Guillermo Garcia remembers vividly his first visit to Cambodia in April 1997.
During his 10 days in the country, he saw a bicycle thief gunned down in the streets of Phnom Penh, did not meet a single tourist while visiting Angkor, and was told that someone called Pol Pot was staying some 50 km from Siem Reap town.
He remembers reading local newspapers reporting on mounting tensions between the CPP and Funcinpec, who had reluctantly shared power since the 1993 national elections. All the while, Cambodia was still reeling from a grenade attack on an opposition rally, which killed at least 16 and wounded more than 100.
By the time Mr Garcia left, he wanted to know more about Cambodia.
Back home in Chile, he discovered that South America had no book available in Spanish on Cambodia, and that the two or three books released in Spain mainly focused on the 1980s.
Thus, he decided to remedy the situation and write about the Khmer Rouge period between 1975 and 1979.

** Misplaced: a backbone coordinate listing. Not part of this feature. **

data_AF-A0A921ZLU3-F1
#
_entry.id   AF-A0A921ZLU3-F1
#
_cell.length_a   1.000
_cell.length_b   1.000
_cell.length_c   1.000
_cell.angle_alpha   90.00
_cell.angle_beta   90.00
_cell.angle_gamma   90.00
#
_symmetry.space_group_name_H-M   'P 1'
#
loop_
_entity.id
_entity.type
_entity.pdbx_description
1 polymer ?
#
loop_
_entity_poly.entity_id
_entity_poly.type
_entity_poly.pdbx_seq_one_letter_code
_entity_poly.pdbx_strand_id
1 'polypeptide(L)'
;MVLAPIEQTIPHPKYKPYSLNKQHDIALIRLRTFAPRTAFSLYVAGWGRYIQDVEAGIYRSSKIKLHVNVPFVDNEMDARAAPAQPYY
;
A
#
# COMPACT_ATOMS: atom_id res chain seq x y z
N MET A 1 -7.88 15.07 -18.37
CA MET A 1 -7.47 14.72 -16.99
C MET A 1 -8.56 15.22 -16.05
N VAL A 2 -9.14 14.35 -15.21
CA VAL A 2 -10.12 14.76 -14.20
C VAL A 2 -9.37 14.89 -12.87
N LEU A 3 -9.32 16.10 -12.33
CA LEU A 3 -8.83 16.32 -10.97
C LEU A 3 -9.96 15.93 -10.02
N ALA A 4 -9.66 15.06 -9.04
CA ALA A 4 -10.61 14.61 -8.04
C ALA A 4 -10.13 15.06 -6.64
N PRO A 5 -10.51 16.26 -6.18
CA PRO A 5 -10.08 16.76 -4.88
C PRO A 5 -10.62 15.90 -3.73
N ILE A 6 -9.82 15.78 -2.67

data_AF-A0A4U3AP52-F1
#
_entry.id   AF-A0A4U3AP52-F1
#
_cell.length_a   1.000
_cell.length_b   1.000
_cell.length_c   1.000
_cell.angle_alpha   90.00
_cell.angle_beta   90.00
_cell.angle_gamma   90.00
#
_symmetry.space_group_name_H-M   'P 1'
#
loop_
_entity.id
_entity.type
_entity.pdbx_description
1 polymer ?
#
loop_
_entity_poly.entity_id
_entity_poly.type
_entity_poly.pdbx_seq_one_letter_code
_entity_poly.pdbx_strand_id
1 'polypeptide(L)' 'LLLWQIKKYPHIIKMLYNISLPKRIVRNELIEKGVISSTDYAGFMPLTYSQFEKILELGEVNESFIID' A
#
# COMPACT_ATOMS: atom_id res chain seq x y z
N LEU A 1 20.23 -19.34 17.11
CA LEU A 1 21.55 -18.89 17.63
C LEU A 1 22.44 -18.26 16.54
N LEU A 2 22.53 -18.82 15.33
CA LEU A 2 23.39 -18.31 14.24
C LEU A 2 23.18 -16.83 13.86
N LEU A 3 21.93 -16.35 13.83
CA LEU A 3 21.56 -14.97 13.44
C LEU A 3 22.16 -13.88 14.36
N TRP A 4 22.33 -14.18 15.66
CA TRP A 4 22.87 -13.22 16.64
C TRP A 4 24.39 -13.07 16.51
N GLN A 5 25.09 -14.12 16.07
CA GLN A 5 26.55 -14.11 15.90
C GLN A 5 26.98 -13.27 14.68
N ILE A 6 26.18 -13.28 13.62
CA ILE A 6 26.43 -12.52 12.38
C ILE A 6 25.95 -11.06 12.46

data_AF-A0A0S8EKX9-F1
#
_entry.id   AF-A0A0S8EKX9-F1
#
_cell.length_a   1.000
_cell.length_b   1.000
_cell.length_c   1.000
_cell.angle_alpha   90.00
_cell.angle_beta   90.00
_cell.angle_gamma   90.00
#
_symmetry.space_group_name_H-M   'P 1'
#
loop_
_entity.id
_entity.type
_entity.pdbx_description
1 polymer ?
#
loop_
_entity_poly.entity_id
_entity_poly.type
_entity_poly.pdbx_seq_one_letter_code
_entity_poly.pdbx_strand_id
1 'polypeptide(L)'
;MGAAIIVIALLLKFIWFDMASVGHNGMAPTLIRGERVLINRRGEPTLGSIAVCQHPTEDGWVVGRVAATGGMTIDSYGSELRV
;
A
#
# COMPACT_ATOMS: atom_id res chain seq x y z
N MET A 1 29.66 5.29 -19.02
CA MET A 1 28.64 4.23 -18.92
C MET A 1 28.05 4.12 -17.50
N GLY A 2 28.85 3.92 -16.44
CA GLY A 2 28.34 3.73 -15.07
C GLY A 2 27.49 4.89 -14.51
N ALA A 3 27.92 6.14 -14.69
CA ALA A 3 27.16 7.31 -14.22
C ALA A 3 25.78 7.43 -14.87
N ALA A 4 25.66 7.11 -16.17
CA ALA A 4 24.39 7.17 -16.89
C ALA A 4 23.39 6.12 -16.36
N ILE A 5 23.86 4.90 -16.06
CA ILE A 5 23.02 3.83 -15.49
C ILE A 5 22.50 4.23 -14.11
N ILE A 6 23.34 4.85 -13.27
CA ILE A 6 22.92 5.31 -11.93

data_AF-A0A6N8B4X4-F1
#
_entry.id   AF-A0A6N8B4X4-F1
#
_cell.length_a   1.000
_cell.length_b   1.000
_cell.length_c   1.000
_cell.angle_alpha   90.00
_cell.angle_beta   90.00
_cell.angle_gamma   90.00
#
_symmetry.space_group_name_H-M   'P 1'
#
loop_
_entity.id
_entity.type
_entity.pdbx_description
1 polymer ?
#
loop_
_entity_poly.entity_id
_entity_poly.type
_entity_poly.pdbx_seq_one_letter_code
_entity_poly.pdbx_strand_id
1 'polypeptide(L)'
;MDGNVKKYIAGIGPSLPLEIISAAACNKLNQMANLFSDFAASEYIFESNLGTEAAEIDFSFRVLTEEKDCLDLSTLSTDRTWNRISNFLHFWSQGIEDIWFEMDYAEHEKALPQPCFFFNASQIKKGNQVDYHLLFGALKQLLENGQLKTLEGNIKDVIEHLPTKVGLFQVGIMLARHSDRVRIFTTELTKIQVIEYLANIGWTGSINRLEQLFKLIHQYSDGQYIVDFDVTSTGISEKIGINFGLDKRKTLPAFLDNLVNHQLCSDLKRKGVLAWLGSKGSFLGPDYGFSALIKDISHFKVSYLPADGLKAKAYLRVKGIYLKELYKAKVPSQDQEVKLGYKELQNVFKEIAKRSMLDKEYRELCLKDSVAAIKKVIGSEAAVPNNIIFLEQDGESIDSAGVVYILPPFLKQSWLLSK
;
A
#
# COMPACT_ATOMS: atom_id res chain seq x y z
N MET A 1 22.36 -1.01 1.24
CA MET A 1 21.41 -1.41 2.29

“I said I need to write about the tragedy of Cambodia in Spanish,” he recalled in an interview this week in Phnom Penh.
So after extensive research on Cambodian history and the Pol Pot regime, plus several trips to Cambodia, Mr Garcia’s book “Norodom Sihanouk y el Hermano Numero Zero, La Tragedia de Kampuchea Democratica,” (Norodom Sihanouk and Brother Number Zero, the tragedy of Democratic Kampuchea) was released in the Chilean capital of Santiago on April 7. Nearly 100 copies were sold on that first day alone, Mr Garcia said. The book was also launched in Phnom Penh on Monday.
An agricultural engineer by profession, Mr Garcia is also a poet, with four poetry books published in Chile, one in Spain and one in Cuba.
With the aim to reach a general audience, the 34-year-old author designed this book to shock people into grasping the horrors of the regime, he said.
For instance, he put in an insert with photos of 1,280 people killed at the Tuol Sleng torture center.